12 June, 2018
This year marks the 45th anniversary of the Gadsden State Community College Emergency Medical Services program. The program began in 1972 at the Holy Name of Jesus Hospital, now Riverview Regional Medical Center.
The EMS program moved to Gadsden State in 1977, and by 1979, it received official designation as one of the six licensed EMS programs in the state of Alabama.
“I believe this shows how strong our program truly is,” said John Hollingsworth, director of the EMS program at Gadsden State. “We are a part of the foundation of the community.”
Gadsden State was the first EMS program in the state to apply for accreditation, and now holds an EMT and Advanced EMT license program along with an EMS associate degree.
“Students can be working in the field after one semester of EMS training,” said Hollingsworth. “You can factually say that Gadsden State has saved people’s lives.”
In 1980, the College expanded paramedic training to the McClellan Center, approximately 30 miles from Gadsden. Gregg Jackson began his career as a student in basic EMS training in 1979 at Gadsden State. Today, he is an adjunct educator for Gadsden State EMS and the training officer for the Gadsden Fire Department.
“This program has evolved tremendously,” said Jackson. “When we started this program there weren’t CAT scans, MRIs or even cell phones. Those things have helped us.”
Jackson credits his instructors at Gadsden State for his success throughout his career. “Beverly Hill was the first director of the EMS program at Gadsden State,” said Jackson. “Her passion for EMS was obvious and it definitely rubbed off on me.”
The EMS program hosts between 180-200 students each year at the East Broad Campus.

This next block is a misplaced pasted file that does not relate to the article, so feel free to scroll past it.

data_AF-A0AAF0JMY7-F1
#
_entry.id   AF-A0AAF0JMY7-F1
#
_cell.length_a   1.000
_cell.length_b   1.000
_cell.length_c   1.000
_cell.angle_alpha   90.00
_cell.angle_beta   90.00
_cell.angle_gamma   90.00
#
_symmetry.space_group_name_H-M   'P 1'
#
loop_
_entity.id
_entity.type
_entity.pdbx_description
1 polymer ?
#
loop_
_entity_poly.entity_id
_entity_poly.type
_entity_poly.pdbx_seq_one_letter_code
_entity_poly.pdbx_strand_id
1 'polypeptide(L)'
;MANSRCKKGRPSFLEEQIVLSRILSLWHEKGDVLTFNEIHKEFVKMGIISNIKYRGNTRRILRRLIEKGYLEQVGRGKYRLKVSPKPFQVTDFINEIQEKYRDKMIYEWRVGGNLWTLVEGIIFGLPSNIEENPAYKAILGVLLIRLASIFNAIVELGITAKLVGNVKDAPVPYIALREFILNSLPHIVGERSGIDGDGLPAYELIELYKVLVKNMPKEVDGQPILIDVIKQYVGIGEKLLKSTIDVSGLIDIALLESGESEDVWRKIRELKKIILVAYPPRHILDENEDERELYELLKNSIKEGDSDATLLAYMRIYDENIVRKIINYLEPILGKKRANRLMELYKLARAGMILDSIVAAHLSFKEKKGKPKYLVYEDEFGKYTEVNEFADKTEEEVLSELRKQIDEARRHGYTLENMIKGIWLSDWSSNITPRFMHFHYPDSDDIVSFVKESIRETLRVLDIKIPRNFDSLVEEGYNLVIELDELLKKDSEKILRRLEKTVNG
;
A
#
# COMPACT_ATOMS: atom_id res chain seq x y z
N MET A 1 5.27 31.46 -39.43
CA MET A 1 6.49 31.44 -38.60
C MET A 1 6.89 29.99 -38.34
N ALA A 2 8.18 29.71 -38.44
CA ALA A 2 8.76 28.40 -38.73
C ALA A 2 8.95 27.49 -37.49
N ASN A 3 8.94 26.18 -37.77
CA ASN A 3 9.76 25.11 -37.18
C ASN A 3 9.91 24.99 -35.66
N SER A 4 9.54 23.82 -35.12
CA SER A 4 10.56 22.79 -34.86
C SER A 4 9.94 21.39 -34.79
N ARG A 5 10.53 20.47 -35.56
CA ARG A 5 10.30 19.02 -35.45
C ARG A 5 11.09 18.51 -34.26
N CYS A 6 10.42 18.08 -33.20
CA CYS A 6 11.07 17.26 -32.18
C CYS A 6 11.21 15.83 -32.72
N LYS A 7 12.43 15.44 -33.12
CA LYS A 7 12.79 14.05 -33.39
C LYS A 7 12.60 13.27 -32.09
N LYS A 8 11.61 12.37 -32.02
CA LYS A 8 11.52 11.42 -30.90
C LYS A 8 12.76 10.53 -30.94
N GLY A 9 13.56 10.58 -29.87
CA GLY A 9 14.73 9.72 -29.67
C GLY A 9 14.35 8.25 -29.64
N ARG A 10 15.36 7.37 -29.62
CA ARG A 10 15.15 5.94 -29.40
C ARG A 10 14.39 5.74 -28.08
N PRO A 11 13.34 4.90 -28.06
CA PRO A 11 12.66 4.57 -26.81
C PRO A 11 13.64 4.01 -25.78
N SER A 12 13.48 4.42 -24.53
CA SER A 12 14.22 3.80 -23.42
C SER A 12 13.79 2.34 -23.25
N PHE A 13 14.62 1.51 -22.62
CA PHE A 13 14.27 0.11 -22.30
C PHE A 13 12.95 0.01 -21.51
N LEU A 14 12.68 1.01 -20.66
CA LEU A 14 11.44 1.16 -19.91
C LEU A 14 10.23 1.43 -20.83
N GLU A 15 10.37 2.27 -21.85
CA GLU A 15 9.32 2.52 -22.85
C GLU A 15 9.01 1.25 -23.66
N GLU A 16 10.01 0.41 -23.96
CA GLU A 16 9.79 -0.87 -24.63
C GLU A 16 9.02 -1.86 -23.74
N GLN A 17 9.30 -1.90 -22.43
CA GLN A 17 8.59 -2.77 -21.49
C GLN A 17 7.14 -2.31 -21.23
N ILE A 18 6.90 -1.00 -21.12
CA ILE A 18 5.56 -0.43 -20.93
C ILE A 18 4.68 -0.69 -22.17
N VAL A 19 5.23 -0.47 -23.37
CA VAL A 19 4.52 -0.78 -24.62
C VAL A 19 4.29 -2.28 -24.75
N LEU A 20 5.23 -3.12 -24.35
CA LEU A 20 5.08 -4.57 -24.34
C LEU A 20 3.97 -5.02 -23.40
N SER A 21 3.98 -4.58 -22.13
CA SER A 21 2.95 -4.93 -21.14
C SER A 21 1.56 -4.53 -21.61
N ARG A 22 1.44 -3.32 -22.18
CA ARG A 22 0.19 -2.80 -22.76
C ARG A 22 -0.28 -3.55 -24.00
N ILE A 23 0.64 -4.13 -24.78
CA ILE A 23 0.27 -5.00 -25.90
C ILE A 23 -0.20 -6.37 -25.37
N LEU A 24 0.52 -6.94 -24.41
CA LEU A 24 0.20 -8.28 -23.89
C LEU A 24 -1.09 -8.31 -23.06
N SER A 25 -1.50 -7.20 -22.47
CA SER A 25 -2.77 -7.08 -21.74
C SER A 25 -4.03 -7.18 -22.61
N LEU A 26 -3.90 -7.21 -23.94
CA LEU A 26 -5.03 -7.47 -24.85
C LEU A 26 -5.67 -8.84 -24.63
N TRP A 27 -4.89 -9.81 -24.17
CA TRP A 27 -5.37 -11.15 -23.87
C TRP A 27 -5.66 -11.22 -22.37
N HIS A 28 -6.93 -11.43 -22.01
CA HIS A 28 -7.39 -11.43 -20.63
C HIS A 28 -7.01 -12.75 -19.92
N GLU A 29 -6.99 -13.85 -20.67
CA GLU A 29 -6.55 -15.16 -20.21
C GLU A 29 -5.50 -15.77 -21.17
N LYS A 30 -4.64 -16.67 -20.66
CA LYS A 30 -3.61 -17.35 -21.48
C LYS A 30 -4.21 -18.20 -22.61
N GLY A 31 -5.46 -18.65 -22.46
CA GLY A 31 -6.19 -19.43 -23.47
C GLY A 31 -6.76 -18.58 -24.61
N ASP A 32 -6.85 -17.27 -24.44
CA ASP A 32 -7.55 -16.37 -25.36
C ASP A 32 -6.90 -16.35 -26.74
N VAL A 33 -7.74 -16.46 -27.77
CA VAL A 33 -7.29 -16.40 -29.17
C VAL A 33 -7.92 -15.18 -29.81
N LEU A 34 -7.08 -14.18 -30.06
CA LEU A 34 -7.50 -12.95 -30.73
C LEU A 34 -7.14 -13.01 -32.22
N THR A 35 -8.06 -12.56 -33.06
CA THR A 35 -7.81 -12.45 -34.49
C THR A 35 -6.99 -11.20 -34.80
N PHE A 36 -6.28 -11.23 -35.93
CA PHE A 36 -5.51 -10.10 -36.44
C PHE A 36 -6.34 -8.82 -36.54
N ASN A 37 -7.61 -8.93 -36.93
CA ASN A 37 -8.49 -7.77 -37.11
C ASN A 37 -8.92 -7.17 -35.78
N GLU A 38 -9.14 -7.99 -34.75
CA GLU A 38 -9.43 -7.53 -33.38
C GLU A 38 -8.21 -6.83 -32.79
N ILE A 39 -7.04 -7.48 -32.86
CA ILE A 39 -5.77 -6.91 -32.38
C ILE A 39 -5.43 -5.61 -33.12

“I have had students use their EMS training in many different ways,” said Hollingsworth. “Some students are successful EMTs, while others go on to nursing school or even medical school.”
The EMS program’s mission is to provide quality educational courses consistent with requirements set forth by a credentialing agency to practice prehospital medicine in conjunction with medical control. The EMS program shall provide the necessary knowledge, skills, and attitudes consistent with the expectations of the public and the profession.
“The cool thing about EMS is we evaluate patients and make decisions right there on their treatment,” said Hollingsworth.
The field of EMS is growing, and both Hollingsworth and Jackson agree that public education of EMS is an important next step.
“I hope more people can learn the symptoms of heart attacks and to pull over when an ambulance is near them,” Hollingsworth said. “These small steps make a big difference in the lives of EMS providers and the public.”
The EMS program is a combination of knowledge and skills and requires a lot of practice, Jackson said. Students must complete a skills portfolio complete with 35 skills along with clinical hours where the students gain hands-on experience.
“Students leave the EMS program with skills to work with fire departments, ambulance services, volunteer fire departments and so much more,” he said. “It is important that they have a well-rounded EMS education.”
The flexibility of the EMS curriculum allows students to enter the program at any of the three levels, depending on prior experiences and education. Because the classes usually meet in the evenings, students may continue working while taking courses. In addition, clinical education experiences are usually customized for each student’s schedule.
“Gadsden State is committed to ensure that we put quality EMTs and paramedics in the field,” said Jackson.
For more information, visit www.gadsdenstate.edu or call Hollingsworth at 256-549-8654.